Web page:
On assumption of office in December 2013, Ewa-Henshaw said the current board of the NDDC inherited over 7,000 projects alongside liabilities in excess of one trillion naira, stressing that, in the past one year, the interventionist agency has been striving to complete on-going projects instead of initiating new ones. He observed that in spite of inadequate funds, he and his colleagues have remained undaunted in their determination to complete all on-going of projects as directed by the federal government.
The NDDC Chairman said however that despite inadequate funds, the board and current management of the commission have recorded some noteworthy achievements in the completion of projects and the execution of development programmes. “We have so far completed and commissioned six university hostels and awarded 1,021 overseas scholarships for Master degrees and PhD programmes in engineering and sciences. Several other inherited projects are also in the process of being completed, including the specialist hospital in Ikom and the Adiabo bridge project,” he said.
The calm-looking managing director of NDDC, Bassey Dan-Abia, said NDDC has since “metamorphosed from an agency that is determined to make a difference, to one that is making the difference. We are now a new transformational NDDC with a more cohesive and inclusive leadership, reaching far beyond the component states and always ready to collaborate with willing partners.”
In Bayelsa State, Dan-Abia described the corps members’ apartment complex built by the commission as the first of its kind in Nigeria. The edifice, which has 44 air-conditioned self-contained rooms would accommodate at least 88 NYSC members. It is fully fitted with water heaters and other conveniences, including a large conference room and multiple sporting facilities.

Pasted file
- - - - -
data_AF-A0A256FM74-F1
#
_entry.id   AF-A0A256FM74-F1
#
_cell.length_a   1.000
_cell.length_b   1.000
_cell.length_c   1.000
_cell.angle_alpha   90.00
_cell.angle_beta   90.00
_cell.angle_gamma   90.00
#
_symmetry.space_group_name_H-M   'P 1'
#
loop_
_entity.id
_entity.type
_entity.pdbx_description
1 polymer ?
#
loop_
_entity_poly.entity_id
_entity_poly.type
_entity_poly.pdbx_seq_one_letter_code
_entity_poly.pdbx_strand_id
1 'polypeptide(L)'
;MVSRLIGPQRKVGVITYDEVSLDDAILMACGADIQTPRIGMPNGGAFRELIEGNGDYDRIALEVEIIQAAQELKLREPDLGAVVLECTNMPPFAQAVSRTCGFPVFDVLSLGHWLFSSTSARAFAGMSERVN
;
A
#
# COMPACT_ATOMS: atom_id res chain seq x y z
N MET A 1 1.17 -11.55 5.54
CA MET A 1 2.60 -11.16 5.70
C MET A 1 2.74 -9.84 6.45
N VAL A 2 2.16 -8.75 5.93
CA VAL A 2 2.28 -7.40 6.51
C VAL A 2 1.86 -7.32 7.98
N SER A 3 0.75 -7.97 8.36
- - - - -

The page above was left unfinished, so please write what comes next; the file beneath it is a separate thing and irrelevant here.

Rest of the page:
Governor Seriake Dickson of Bayelsa State described the activities, programmes and achievements of the NDDC as a revolution that is in line with what his administration is doing. “I appreciate the NDDC and the partnership it is offering to the state. We affirm our desire to continue to support the commission,” he said.
More cheering however was Dickson’s decision to encourage his fellow state governors from the Niger Delta to demand for proper funding of the NDDC as envisaged in the Act establishing the commission. Dickson agreed with Ewa-Henshaw that the obvious poor funding of the commission has limited its ability to execute critical infrastructural projects, such as regional rail line, and major roads and bridges that would impact on the wellbeing of the people. He urged the federal government to give special attention to states in the region, given the challenging terrain of the various communities, which requires huge funds and efforts to develop.
In Dickson’s words: “The Niger Delta is an endangered region; even the colonial masters, before they granted independence to Nigeria, recognized the existence of this region as a special area, and designated it so. They did this because they were aware that the developmental challenges of this area are more than the challenges of most other parts of the country.” He said the Niger Delta challenges were ecological and environmental and that that realization should affect the release of funds by the federal authorities to the NDDC.